Materials and Methods

Animal model

Animals were housed and treated in accordance with Chinese national guidelines for the care of laboratory animals and was approved by the Animal Care and Use Committee of the Chinese Academy of Military Medical Science.

A total of 120 young male Sprague Dawley (SD) rats (Laboratory Animal Center, Academy of Military Medical Sciences, Beijing, China) were used in this study. Animals weighing 250-280 g, aged 4-7 months, were housed individually with a 12 h light/dark cycle and given access to food and water ad libitum in a temperature-controlled environment (20-22°C), randomly divided into four groups: group A, group N, group B and group C. The performance of all groups was listed as follows.

Collagenase-induced ICH surgery procedure

Group A, group B and group N underwent collagenase-induced ICH surgery procedure as animal model groups. The protocol of collagenase-induced ICH was modified based on an established method [7]. Briefly, animals were anesthetized with 10% chloral hydrate (0.4 mg/kg for induction and 0.02 mg/kg for maintenance) and placed into a head-holder. Maintained the body temperature at 37°C by a heating lamp to prevent hypothermia during the surgery. Blood pressure, electrocardiography (ECG), blood pH PCO2 and PO2 were monitored and maintained within normal physiological limits. Group A, group B and group N were infiltrated with 1% lidocaine at the scalp area, explored a midline scalp incision. A burr hole was drilled through the skull. The injection sites were 3 mm right to midline, 1 mm posterior to the anterior fontanelle, and 5 mm below the surface of the skull. Collagenase (IV; Sigma, America) dissolved in saline was infused over 2 min. After infusion, the hole was sealed with bone wax. The wound was sutured, and the animal was then transferred to machine lab for the first scanning after surgery. After evaluated of bleeding site and severity, group A underwent US-guided transcranial drilling and catheter drainage therapy. Group B underwent CT-controlled transcranial drilling and catheter drainage. Group A, group B and group N were evaluated the bleeding part and severity by ultrasound and CT. Group C received a 10 μl saline injection with the same surgical procedure as the control group.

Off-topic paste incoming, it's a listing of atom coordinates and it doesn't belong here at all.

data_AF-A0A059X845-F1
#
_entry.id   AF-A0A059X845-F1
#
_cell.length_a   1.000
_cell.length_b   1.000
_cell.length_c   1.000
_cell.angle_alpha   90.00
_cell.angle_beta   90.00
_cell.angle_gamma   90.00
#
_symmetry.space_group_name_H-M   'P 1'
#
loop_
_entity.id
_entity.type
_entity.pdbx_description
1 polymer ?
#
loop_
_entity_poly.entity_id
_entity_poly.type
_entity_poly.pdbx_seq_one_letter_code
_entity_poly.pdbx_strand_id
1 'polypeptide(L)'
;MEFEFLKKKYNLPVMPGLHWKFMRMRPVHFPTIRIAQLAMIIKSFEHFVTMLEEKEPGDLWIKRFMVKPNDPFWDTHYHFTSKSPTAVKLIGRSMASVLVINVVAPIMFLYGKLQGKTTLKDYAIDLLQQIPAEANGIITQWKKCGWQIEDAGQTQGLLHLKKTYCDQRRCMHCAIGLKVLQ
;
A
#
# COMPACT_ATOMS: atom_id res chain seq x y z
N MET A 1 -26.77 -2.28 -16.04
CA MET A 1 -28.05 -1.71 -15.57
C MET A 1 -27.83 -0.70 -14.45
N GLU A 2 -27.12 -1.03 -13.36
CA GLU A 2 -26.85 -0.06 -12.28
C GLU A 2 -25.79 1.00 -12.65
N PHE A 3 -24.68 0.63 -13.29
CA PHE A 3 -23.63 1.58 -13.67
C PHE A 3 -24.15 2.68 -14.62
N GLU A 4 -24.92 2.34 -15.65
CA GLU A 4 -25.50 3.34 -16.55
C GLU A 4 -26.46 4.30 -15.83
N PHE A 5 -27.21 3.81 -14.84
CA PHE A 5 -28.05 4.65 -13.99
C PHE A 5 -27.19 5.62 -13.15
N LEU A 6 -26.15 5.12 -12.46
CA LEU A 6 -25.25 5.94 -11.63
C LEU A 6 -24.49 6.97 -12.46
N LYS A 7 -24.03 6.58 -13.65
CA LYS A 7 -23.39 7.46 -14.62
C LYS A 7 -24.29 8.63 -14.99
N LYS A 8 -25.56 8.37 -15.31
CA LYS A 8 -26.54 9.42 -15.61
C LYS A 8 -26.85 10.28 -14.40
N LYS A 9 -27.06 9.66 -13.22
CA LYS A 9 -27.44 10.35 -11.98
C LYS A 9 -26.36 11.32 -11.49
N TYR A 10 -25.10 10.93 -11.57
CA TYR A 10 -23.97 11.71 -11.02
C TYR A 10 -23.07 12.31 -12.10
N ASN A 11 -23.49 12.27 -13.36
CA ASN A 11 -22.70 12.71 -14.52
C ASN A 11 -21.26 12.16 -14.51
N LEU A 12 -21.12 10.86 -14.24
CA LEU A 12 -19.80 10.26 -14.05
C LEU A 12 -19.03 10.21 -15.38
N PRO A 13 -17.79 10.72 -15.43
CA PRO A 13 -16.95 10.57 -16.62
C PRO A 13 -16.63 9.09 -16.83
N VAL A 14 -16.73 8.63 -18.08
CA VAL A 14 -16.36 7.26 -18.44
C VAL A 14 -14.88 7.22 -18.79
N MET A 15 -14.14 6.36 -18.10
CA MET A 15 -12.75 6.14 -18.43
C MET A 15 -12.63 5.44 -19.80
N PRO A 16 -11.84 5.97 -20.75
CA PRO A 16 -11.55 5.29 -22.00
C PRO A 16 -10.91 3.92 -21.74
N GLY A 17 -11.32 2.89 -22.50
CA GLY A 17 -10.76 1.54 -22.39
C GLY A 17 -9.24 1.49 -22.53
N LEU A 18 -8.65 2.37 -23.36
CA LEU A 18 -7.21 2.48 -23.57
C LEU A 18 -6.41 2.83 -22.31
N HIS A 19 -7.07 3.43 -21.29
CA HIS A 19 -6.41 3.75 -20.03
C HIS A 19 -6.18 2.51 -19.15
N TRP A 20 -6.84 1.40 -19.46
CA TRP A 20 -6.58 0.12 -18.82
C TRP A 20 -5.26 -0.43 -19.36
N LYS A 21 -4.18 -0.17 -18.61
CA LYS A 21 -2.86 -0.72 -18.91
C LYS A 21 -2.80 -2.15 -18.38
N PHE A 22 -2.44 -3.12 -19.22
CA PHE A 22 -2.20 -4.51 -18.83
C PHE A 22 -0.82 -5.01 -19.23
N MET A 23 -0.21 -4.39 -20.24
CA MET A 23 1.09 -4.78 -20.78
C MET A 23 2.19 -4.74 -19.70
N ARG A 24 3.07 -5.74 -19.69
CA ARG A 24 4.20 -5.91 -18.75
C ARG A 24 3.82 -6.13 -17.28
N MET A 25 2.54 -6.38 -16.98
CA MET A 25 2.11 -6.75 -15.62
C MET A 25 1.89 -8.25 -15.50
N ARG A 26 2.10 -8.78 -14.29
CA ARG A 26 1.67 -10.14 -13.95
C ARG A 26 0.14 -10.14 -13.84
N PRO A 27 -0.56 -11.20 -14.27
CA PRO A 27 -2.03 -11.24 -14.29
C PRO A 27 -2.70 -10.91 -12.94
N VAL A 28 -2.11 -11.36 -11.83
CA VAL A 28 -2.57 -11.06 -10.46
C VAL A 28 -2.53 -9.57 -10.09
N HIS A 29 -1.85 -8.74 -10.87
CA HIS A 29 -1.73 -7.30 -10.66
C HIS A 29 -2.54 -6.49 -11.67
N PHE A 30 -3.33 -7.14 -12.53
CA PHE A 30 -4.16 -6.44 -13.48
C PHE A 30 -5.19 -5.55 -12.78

Behavioral tests

Behavioral tests were conducted at 1 week, 2 weeks, 3 weeks and 4 weeks after ICH surgery procedure.

The Bederson score was calculated as follows: Rat tail was lightly grasped 10 cm above the desktop, and the score was graded as the following: 0, no neurological deficit; 1, flexion of the contralateral wrist and elbow and flexion adduction of the contralateral shoulder; 2, signs in score 1 plus reduced resistances when pushing toward the paralyzed side; 3, circling toward the paralyzed side when acting (tail-chasing like) [8].

The Longa score was graded as the following: 0, no neurological deficit; 1, left front paw cannot fully extend; 2, walking in circle toward the contralateral side; 3, dumping toward the contralateral (paralyzed) side when walking; and 4, cannot autonomously walk with certain consciousness loss [9].